Tuesday, August 29, 2006

Gulf Coast Communities, Requiescat in Pace

This is the first anniversary of the catastrophic storm that shredded the Gulf Coast. It also pulled aside the curtain covering the Bush Administration, showing it to be shallow, heartless, weak, corrupt and unresponsive to the needs of Americans in need.

I don't want to hear a single person saying New Orleanians got what they deserved for living in an area that is below sea level. My answer to these idiots is that if the wetlands had been preserved, they would have absorbed the storm surge that was the undoing of the levees.

In addition to that, the Army Corps of Engineers (a Federal agency) is in charge of the levees and they knew that the levees had structural deficiencies due to design flaws. This has been known for decades, but nothing has been done. I am faulting Congress (both the current and previous ones) for not recognizing and acting on these facts. This is not a partisan issue, it is a domestic economic issue. You see, NOLA is one of the biggest ports in this country. Much of the oil and natural gas and consumer goods we use in my area come from the Gulf up the Mississipi and Missouri Rivers.

The entire Gulf Coast fishing industry was decimated by Katrina, and it has yet to return. Some families will never return. Entire towns were washed off the map, shrimp boats stranded in trees or smashed to bits in the battering debris-filled winds.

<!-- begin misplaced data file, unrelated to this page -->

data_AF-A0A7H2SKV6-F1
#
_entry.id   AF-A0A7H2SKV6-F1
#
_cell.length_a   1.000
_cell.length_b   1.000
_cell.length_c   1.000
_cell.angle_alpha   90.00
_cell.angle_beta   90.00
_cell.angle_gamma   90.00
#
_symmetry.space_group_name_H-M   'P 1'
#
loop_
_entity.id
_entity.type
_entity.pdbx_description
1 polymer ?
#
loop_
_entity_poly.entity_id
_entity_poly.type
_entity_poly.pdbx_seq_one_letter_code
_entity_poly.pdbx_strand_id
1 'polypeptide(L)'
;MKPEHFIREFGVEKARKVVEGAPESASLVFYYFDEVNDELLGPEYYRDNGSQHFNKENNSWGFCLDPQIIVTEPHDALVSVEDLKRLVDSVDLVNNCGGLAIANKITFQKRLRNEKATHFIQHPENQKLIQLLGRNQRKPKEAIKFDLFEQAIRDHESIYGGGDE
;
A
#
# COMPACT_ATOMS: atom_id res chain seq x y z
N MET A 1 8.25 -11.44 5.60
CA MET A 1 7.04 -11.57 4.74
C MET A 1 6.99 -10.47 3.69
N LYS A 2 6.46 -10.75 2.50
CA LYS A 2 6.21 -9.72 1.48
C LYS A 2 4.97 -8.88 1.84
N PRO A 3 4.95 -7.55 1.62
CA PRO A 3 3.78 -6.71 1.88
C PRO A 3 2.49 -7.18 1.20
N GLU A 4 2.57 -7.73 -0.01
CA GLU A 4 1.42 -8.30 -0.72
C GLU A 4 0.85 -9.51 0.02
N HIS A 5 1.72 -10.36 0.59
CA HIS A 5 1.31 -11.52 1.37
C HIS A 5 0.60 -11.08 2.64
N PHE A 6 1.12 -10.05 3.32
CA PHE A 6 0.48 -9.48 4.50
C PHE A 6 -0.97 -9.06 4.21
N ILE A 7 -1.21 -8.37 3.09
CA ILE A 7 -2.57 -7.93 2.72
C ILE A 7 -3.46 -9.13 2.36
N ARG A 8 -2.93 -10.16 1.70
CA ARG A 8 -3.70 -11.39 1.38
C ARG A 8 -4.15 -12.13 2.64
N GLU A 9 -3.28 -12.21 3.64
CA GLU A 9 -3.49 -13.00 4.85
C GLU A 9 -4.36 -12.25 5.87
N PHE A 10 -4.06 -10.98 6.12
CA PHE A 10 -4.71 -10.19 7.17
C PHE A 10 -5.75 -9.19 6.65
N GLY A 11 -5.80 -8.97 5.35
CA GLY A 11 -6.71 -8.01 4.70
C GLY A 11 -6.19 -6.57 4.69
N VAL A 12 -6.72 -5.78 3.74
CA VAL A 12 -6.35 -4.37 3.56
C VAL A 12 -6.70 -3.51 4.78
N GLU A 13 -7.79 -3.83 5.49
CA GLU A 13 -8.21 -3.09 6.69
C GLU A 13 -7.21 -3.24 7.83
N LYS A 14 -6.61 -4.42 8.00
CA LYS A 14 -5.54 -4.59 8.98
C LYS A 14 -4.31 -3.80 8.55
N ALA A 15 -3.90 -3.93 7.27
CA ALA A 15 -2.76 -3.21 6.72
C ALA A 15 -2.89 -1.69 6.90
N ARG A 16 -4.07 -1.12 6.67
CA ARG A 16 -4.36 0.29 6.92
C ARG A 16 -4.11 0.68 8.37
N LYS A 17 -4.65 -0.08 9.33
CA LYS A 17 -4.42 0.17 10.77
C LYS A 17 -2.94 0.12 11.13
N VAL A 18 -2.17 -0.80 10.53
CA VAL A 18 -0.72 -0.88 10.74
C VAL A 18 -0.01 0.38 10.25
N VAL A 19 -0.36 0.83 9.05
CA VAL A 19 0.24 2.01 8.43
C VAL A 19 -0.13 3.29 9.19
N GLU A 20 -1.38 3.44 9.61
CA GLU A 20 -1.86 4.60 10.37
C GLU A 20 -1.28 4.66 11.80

Katrina caused a diaspora even larger than those recounted in Scripture, around 1,000,000 people. It has allowed a quiet racial cleansing of the last bastion of the Blue South. Host towns have already started racially-toned arguements that "those people" just increase the crime rate, implying that the mostly black Katrina victims are nothing but a sucking chest wound in the body politic. They are silent as to why Katrina victims might be more prone to commiting crime. Could it be that unemployment is 34.7% for Katrina victims, while it is only 4.7% nationwide for all workers? People who are jobless will find ways to feed their families, for the same reason as unemployed Iraqis are susceptible to becoming militia members and suicide bombers. Those who are stripped of their communities and not given the dignity of gainful employment are at great risk of radicalization.

We ignore this at our peril.

The bottom line is that it is my job, and yours, and every American's to clear out the debris, rebuild and economically support those returning to the Gulf Coast. Buy more shrimp, purchase as many goods from the Gulf coast as you can. Help them survive and thrive. That's something everyone can do.

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